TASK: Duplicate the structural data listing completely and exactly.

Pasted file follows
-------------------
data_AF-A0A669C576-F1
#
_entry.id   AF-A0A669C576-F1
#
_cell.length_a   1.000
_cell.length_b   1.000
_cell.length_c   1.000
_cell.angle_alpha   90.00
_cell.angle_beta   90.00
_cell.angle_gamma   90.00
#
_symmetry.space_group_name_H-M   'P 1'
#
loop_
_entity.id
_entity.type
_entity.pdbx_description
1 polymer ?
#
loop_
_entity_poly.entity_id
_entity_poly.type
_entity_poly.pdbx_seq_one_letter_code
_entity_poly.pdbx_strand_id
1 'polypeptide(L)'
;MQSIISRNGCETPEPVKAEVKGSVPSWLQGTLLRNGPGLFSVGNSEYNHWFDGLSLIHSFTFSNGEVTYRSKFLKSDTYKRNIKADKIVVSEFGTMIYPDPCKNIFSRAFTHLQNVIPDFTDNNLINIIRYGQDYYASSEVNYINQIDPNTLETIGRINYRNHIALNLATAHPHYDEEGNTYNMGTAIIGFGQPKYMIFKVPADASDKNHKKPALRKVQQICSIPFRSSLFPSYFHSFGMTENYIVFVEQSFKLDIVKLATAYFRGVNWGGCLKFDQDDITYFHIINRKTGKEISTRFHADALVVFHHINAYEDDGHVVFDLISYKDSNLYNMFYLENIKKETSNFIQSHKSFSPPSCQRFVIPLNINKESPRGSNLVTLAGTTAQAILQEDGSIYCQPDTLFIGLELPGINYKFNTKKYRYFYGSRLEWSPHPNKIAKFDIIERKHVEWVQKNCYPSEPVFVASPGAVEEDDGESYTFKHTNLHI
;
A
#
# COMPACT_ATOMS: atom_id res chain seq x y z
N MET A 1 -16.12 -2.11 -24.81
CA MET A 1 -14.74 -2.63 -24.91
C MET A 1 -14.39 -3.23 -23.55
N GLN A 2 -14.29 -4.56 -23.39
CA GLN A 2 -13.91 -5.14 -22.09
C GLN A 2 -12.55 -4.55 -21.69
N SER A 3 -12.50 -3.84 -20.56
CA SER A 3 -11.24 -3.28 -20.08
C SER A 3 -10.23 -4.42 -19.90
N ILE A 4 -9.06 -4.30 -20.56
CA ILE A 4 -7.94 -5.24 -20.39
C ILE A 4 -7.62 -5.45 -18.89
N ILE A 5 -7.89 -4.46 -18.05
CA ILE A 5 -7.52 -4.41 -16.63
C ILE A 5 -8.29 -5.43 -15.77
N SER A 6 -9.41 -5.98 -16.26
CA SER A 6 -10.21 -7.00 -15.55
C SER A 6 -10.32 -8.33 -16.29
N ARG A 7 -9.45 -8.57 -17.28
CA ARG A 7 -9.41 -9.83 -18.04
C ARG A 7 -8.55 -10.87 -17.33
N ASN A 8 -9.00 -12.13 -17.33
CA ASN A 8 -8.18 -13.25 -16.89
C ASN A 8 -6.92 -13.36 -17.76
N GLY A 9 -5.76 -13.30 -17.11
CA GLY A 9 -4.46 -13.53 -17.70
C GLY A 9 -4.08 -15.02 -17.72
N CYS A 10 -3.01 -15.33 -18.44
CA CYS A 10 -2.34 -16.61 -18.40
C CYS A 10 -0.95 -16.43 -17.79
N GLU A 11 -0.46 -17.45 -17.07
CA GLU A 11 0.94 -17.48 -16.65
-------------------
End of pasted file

data_AF-A0A669C576-F1
#
_entry.id   AF-A0A669C576-F1
#
_cell.length_a   1.000
_cell.length_b   1.000
_cell.length_c   1.000
_cell.angle_alpha   90.00
_cell.angle_beta   90.00
_cell.angle_gamma   90.00
#
_symmetry.space_group_name_H-M   'P 1'
#
loop_
_entity.id
_entity.type
_entity.pdbx_description
1 polymer ?
#
loop_
_entity_poly.entity_id
_entity_poly.type
_entity_poly.pdbx_seq_one_letter_code
_entity_poly.pdbx_strand_id
1 'polypeptide(L)'
;MQSIISRNGCETPEPVKAEVKGSVPSWLQGTLLRNGPGLFSVGNSEYNHWFDGLSLIHSFTFSNGEVTYRSKFLKSDTYKRNIKADKIVVSEFGTMIYPDPCKNIFSRAFTHLQNVIPDFTDNNLINIIRYGQDYYASSEVNYINQIDPNTLETIGRINYRNHIALNLATAHPHYDEEGNTYNMGTAIIGFGQPKYMIFKVPADASDKNHKKPALRKVQQICSIPFRSSLFPSYFHSFGMTENYIVFVEQSFKLDIVKLATAYFRGVNWGGCLKFDQDDITYFHIINRKTGKEISTRFHADALVVFHHINAYEDDGHVVFDLISYKDSNLYNMFYLENIKKETSNFIQSHKSFSPPSCQRFVIPLNINKESPRGSNLVTLAGTTAQAILQEDGSIYCQPDTLFIGLELPGINYKFNTKKYRYFYGSRLEWSPHPNKIAKFDIIERKHVEWVQKNCYPSEPVFVASPGAVEEDDGESYTFKHTNLHI
;
A
#
# COMPACT_ATOMS: atom_id res chain seq x y z
N MET A 1 -16.12 -2.11 -24.81
CA MET A 1 -14.74 -2.63 -24.91
C MET A 1 -14.39 -3.23 -23.55
N GLN A 2 -14.29 -4.56 -23.39
CA GLN A 2 -13.91 -5.14 -22.09
C GLN A 2 -12.55 -4.55 -21.69
N SER A 3 -12.50 -3.84 -20.56
CA SER A 3 -11.24 -3.28 -20.08
C SER A 3 -10.23 -4.42 -19.90
N ILE A 4 -9.06 -4.30 -20.56
CA ILE A 4 -7.94 -5.24 -20.39
C ILE A 4 -7.62 -5.45 -18.89
N ILE A 5 -7.89 -4.46 -18.05
CA ILE A 5 -7.52 -4.41 -16.63
C ILE A 5 -8.29 -5.43 -15.77
N SER A 6 -9.41 -5.98 -16.26
CA SER A 6 -10.21 -7.00 -15.55
C SER A 6 -10.32 -8.33 -16.29
N ARG A 7 -9.45 -8.57 -17.28
CA ARG A 7 -9.41 -9.83 -18.04
C ARG A 7 -8.55 -10.87 -17.33
N ASN A 8 -9.00 -12.13 -17.33
CA ASN A 8 -8.18 -13.25 -16.89
C ASN A 8 -6.92 -13.36 -17.76
N GLY A 9 -5.76 -13.30 -17.11
CA GLY A 9 -4.46 -13.53 -17.70
C GLY A 9 -4.08 -15.02 -17.72
N CYS A 10 -3.01 -15.33 -18.44
CA CYS A 10 -2.34 -16.61 -18.40
C CYS A 10 -0.95 -16.43 -17.79
N GLU A 11 -0.46 -17.45 -17.07
CA GLU A 11 0.94 -17.48 -16.65